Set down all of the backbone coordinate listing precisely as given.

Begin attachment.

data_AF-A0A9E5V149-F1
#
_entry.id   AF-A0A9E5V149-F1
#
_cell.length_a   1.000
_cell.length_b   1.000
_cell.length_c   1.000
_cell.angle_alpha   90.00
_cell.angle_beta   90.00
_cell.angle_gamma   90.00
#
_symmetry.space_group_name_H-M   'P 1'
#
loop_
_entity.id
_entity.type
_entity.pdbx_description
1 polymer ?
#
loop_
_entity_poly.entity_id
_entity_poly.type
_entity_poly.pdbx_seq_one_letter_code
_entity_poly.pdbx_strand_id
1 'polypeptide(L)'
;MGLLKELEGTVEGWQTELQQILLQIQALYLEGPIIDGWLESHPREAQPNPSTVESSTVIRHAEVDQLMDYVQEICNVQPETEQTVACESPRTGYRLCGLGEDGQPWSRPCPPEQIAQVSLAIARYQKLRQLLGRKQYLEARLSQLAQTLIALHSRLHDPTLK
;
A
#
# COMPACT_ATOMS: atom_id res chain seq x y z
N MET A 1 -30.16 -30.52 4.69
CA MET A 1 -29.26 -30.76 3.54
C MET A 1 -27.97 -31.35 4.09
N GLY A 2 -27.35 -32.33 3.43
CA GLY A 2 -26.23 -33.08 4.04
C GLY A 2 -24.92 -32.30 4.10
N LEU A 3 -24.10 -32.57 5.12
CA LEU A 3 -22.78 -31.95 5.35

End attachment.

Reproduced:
data_AF-A0A9E5V149-F1
#
_entry.id   AF-A0A9E5V149-F1
#
_cell.length_a   1.000
_cell.length_b   1.000
_cell.length_c   1.000
_cell.angle_alpha   90.00
_cell.angle_beta   90.00
_cell.angle_gamma   90.00
#
_symmetry.space_group_name_H-M   'P 1'
#
loop_
_entity.id
_entity.type
_entity.pdbx_description
1 polymer ?
#
loop_
_entity_poly.entity_id
_entity_poly.type
_entity_poly.pdbx_seq_one_letter_code
_entity_poly.pdbx_strand_id
1 'polypeptide(L)'
;MGLLKELEGTVEGWQTELQQILLQIQALYLEGPIIDGWLESHPREAQPNPSTVESSTVIRHAEVDQLMDYVQEICNVQPETEQTVACESPRTGYRLCGLGEDGQPWSRPCPPEQIAQVSLAIARYQKLRQLLGRKQYLEARLSQLAQTLIALHSRLHDPTLK
;
A
#
# COMPACT_ATOMS: atom_id res chain seq x y z
N MET A 1 -30.16 -30.52 4.69
CA MET A 1 -29.26 -30.76 3.54
C MET A 1 -27.97 -31.35 4.09
N GLY A 2 -27.35 -32.33 3.43
CA GLY A 2 -26.23 -33.08 4.04
C GLY A 2 -24.92 -32.30 4.10
N LEU A 3 -24.10 -32.57 5.12
CA LEU A 3 -22.78 -31.95 5.35